Click on the + to reveal the TRUTH #savesouthend
MYTH 1 - Patients will get better treatment and have better outcomes at a specialist centre A&E. (The Essex Success Regime spin)
There is very limited evidence for improved outcomes in accident and emergencies that are bigger – and that is precisely what Basildon will be, just bigger. Whilst there is some limited evidence that in very small A&Es, there may be slightly worse outcomes, NONE of the 3 A&Es (Basildon, Southend or Broomfield) meet these ‘small A&E’ criteria and indeed Basildon and Southend A&Es are classed as ‘large’ A&Es in their own right due to the number of attendances.
There is supportive evidence that for certain groups of patients, there is a better outcome when the diagnosis is definite, for example there is a readily available diagnostic test (or it is visible in the case of trauma) and they can be treated in a more specialist unit or A&E. These fall into four groups of patients: –
a) Major trauma patients do better in major trauma centres. Please await myth 2 ( to be published tomorrow) that Basildon will NOT EVER be a major trauma centre. Due the major trauma evidence, ALL of the UK’s hospitals ARE ALREADY organised into trauma networks which work to get the patient to the right centre as safe as possible. For some patients this will mean direct transfer by helicopter or ambulance to the regional trauma network trauma centre. For incidents in Basildon and Southend catchment area, they will transfer to the Royal London Hospital, whilst Broomfield area patients will go to Addenbrookes. Occasionally major trauma patients are too unstable to travel to the centre first and for this reason they may ‘pit-stop’ in the local A&E for stabilisation before moving onwards. This is often the case in hours of darkness when the helicopter services cannot fly. For this reason there still needs to be ready access to a local FULLY FUNCTIONING A&E that accepts blue light ambulances 24 hours a day. NOTE – Major trauma requiring transfer accounts for less than 1% of all A&E attendances.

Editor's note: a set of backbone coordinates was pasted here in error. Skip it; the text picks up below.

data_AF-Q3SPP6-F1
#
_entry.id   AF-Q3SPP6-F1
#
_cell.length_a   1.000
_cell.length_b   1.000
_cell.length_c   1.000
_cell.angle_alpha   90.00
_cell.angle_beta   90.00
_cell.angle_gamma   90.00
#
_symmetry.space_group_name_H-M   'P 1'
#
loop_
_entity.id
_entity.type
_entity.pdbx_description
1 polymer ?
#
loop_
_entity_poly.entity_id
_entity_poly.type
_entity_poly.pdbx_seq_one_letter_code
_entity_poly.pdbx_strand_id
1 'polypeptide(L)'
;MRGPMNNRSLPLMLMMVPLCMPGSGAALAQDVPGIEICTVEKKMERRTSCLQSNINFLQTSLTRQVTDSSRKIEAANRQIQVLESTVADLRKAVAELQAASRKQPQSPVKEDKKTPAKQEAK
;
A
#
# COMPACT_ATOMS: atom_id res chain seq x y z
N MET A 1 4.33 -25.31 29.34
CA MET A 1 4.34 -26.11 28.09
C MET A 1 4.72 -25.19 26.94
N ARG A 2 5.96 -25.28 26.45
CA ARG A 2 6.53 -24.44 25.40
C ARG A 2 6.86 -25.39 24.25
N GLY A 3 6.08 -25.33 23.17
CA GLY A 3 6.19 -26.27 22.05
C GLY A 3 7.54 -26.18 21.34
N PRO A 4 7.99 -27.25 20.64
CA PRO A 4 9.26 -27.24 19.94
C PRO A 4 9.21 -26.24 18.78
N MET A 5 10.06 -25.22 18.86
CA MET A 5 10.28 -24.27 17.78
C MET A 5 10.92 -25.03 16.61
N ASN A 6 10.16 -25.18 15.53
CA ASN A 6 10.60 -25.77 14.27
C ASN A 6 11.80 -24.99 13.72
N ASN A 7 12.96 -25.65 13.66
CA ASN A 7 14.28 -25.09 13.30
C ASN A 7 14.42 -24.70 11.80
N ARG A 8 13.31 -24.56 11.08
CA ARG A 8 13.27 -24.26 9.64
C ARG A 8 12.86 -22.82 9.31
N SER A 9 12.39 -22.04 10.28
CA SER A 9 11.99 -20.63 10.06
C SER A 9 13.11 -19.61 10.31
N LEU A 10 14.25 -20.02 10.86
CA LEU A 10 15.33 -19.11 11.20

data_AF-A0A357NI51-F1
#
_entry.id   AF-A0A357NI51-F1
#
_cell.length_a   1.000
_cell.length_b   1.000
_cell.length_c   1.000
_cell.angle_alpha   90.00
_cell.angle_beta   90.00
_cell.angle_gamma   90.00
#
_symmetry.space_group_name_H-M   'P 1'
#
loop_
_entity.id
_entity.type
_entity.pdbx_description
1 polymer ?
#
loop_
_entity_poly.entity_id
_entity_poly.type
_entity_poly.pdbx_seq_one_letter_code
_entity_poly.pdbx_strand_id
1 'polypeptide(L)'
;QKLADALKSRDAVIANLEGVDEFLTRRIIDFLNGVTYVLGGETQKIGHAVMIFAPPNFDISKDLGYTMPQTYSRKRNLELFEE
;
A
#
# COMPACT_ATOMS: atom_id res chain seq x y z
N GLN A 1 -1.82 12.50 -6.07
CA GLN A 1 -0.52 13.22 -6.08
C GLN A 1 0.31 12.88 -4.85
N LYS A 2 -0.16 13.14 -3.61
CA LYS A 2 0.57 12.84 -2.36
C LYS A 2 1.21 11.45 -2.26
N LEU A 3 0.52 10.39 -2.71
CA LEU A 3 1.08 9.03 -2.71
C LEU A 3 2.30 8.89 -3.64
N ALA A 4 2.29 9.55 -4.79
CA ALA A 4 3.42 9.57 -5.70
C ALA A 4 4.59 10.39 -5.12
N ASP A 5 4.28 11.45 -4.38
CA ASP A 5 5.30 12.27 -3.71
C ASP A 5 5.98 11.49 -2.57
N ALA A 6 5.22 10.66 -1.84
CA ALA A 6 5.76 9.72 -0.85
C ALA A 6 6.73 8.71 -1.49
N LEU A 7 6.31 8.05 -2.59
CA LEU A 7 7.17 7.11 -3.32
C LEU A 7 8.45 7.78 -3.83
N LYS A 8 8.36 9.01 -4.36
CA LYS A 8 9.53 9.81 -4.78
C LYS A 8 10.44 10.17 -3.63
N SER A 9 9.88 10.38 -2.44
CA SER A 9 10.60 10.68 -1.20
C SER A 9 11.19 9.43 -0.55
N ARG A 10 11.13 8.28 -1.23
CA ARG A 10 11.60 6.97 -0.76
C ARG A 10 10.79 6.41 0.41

b) Patients having a specific type heart attack which have a specific diagnostic ECG. All patients who call an ambulance due to chest pain are likely to have an ECG performed by the paramedics (unless an alternate diagnosis is very clear). For some heart attacks there are very specific diagnostic changes on an ECG – this is called an ST Elevation heart attack or Myocardial Infarction, the medical term for a heart attack. This is shortened to the acronym STEMI. If the paramedics see these changes on the ECG and the clinical story fits with a heart attack, then the pathway is ALREADY IN PLACE to take the patient directly to Basildon cardio-thoracic centre (CTC) for a particular diagnostic test and procedure where they use stents to reopen the arteries supplying the blood to the heart muscle. This has been shown to give a better outcome. It is also worth noting that the CTC is nothing to do with Basildon A&E. It is staffed and operated by different staff groups and physically is entirely separate to the A&E and hospital. However, the MAJORITY of heart attacks are NOT STEMI’s and for these other type of heart attacks, there is not any evidence that going for a stenting procedure improves outcome – therefore all other cases of possible heart attack go to their NEAREST A&E. Less than 2 patients per week from each area on average go direct to the Basildon CTC.
Of note a heart attack is a major cause of CARDIAC ARREST – when the heart stops beating and the person effectively dies and needs resuscitation. (A cardiac arrest can occur for many other reasons too – a heart attack and cardiac arrest are two different things). Evidence shows that approximately 25% of patients having a heart attack will go into cardiac arrest. So lets look at what improves outcomes for cardiac arrest – This has been proven to be early access to advanced life support- that is a team of doctors and nurses trained to do chest compressions and use of a defibrillator to shock the heart back if appropriate. It is referred to as the chain of survival. The major factor determining successful outcome is TIME- it has been proven that for every minute delay in advanced life support and defibrillation, the chance of a successful outcome decreases by 7%. So again our further argument is that these patients need to get to the NEAREST A&E as soon as possible NOT travel further. An additional research paper has shown that over 20 minutes of cardiac arrest is associated with exceptionally poor outcomes ~ death and permanent brain injury for the vast majority of patients. Essex Success Regime has proposed changes based on a transfer time from Southend to Basildon of 23 minutes – in the context of this group of patients it is the absolute difference between a chance of life and death. Plus we firmly believe 23 minutes to be an underestimation if clinical interventions are having to be performed en route.